Danielle LeVee, Global Animal

“The most important issue on this planet right now is to protect and conserve biodiversity in the world’s oceans, and I don’t think people realize just how intimate our connection is with the oceans themselves. Not only do they provide the very foundation of life and control our weather, but life could simply not exist without a healthy ocean. The real problem though is apathy—it’s all out of sight, it’s all out of mind and people don’t even think about it… If the oceans die, then civilization collapses, we all die.” — Captain Paul Watson

Boat crew throws butyric acid at a Japanese harpoon whaling ship in attempt to end illegal whale hunting activities. Photo credit: Adam Lau/Sea Shepherd Conservation Society

November 5th launched Sea Shepherd Conservation Society’s (SSCS) ninth annual Southern Ocean campaign “Operation Zero Tolerance (OZT)” with the departure of flagship Steve Irwin from Melbourne. Four ships (including Bob Barker, Brigitte Bardot, and Sam Simon), a helicopter, eight small RIB’s, three drones, and more than 100 international volunteers,  plans to follow closely behind. This marks the year of SSCS strongest fleet yet and their new-found zero tolerance policy for whale poachers. 

Sea Shepherd Conservation Society is an international non-profit organization created with the mission “to end the destruction of habitat and slaughter of wildlife in the world’s oceans in order to conserve and protect ecosystems and species.” And this year, SSCS has taken on a substantial goal: to send the illegal Japanese whalers home with zero whale kills.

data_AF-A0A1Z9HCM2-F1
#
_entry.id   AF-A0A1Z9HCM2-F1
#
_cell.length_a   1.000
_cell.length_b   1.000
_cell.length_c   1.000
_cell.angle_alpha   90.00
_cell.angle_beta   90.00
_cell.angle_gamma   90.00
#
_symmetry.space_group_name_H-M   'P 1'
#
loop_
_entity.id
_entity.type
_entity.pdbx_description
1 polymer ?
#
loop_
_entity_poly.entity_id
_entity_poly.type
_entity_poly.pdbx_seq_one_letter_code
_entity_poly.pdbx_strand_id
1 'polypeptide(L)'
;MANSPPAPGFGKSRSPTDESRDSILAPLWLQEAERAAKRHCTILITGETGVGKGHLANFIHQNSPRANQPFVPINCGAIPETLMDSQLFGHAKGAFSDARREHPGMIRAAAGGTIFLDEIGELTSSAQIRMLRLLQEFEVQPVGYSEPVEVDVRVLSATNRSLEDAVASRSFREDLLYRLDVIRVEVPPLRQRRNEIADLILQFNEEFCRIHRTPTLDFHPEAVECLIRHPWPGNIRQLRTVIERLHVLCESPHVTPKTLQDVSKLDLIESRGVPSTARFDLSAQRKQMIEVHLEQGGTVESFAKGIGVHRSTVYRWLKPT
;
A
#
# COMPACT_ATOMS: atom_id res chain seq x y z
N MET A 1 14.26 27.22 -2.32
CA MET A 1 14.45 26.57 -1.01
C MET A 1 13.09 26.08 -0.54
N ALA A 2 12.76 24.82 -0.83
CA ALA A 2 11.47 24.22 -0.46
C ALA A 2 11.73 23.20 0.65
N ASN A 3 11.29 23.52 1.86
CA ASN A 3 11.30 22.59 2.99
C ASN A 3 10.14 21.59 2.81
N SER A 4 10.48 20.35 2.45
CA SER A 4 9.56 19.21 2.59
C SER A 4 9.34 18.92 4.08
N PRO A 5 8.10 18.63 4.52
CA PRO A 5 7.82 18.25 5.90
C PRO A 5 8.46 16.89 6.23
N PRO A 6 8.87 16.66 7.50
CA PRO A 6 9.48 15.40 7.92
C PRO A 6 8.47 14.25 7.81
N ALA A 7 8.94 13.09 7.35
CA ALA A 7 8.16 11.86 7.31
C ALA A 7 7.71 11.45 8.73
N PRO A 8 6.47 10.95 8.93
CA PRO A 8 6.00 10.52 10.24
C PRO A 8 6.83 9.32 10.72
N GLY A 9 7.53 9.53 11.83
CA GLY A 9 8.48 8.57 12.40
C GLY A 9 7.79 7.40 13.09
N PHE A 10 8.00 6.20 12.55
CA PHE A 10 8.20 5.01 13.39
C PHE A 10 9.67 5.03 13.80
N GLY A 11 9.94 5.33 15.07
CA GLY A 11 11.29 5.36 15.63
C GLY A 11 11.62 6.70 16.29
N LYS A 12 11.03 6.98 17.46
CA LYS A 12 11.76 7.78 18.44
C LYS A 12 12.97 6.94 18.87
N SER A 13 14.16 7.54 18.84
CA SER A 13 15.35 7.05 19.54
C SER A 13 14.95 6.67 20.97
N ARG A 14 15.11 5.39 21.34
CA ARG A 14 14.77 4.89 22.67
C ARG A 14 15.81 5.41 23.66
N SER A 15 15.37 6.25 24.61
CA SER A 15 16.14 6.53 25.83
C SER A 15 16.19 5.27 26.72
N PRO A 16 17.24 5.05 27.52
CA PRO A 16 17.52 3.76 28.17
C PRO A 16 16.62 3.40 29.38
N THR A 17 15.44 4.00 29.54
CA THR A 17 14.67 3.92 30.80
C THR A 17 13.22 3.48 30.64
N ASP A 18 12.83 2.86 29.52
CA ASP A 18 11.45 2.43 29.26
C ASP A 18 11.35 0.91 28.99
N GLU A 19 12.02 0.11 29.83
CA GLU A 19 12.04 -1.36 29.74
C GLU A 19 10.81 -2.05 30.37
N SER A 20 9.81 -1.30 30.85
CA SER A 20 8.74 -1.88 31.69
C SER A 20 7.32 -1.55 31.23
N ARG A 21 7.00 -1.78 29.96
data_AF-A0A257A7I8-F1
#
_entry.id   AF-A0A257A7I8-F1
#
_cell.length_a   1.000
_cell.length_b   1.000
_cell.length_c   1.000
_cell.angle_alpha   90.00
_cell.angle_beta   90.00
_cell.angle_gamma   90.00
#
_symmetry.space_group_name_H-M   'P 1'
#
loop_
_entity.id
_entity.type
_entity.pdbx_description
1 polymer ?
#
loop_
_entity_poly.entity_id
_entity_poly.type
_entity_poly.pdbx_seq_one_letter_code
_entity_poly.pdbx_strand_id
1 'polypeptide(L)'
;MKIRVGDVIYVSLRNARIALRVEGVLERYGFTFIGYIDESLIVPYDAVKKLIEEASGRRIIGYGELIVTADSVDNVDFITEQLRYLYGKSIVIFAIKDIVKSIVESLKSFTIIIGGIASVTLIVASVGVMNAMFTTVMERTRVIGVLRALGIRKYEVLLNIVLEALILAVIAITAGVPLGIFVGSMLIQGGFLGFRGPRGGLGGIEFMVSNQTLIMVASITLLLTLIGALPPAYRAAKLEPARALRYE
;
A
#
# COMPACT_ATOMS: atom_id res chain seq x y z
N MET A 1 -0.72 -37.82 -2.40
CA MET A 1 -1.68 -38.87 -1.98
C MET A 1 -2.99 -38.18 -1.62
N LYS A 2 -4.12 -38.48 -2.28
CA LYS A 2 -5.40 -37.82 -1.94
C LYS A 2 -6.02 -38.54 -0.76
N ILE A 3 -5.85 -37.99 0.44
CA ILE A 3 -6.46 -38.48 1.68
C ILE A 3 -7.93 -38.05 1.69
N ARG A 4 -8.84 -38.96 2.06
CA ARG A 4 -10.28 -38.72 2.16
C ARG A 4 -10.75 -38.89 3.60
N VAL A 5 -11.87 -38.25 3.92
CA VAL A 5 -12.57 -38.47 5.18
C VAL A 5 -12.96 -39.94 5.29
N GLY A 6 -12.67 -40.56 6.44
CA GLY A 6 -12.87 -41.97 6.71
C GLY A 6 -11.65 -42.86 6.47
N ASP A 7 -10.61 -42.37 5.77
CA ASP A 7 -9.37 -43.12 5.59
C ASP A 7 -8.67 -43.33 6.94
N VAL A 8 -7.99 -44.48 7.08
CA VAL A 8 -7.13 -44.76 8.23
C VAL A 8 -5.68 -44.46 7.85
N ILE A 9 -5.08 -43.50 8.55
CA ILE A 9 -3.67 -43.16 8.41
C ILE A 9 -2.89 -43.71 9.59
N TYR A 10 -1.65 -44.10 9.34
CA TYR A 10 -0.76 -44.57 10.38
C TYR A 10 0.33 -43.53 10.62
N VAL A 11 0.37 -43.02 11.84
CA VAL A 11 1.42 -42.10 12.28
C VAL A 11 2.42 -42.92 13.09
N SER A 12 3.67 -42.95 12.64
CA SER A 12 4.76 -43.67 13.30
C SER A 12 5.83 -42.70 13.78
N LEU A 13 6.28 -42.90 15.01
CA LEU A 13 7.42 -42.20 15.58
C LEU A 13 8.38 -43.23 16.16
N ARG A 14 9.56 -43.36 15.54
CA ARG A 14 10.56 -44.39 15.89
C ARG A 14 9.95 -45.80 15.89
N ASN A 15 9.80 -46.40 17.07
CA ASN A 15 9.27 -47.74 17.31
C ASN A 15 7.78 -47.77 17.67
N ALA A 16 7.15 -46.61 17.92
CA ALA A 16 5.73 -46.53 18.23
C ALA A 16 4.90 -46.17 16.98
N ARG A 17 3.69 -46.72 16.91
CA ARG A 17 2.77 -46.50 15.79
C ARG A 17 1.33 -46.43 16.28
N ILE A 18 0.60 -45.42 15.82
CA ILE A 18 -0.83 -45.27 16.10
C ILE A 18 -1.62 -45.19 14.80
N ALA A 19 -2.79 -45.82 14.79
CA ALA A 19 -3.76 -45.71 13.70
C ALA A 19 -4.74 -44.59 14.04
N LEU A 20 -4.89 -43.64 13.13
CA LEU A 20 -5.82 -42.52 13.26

Captain Paul Watson, who has been master and commander of over 225 ocean-going expeditions, states , “The key to success in stopping these illegal whaling activities in the Southern Ocean Whale Sanctuary is basic economics. We will negate their profits. Our objective is to sink the Japanese whaling fleet economically — to bankrupt them,” said Captain Paul Watson. “And we are well on our way to doing just that.”

The New York Times confirmed Captain Watson’s statement in its report on the Institute for Cetacean Research (ICR), the government-owned organization that operates the Japanese Whaling fleet. According to ICR, the SSCS cost the whalers $20.5 million during the 2010-2011 whaling season in the Southern Ocean Whale Sanctuary. The whalers, who are already operating solely on government subsidies, were further submerged into debt. It’s now just a matter of time before the institute loses all of its funds that the government no longer finds profitable to replenish.




  1. you need at least a 2nd helicopter. you can get funds for another ship but you still only have one helicopter. get some funds and get another so you can be twice as productive. when the Steve Irwin goes to port for fuel the rest of the fleet is left without area coverage. get a 2nd helicopter.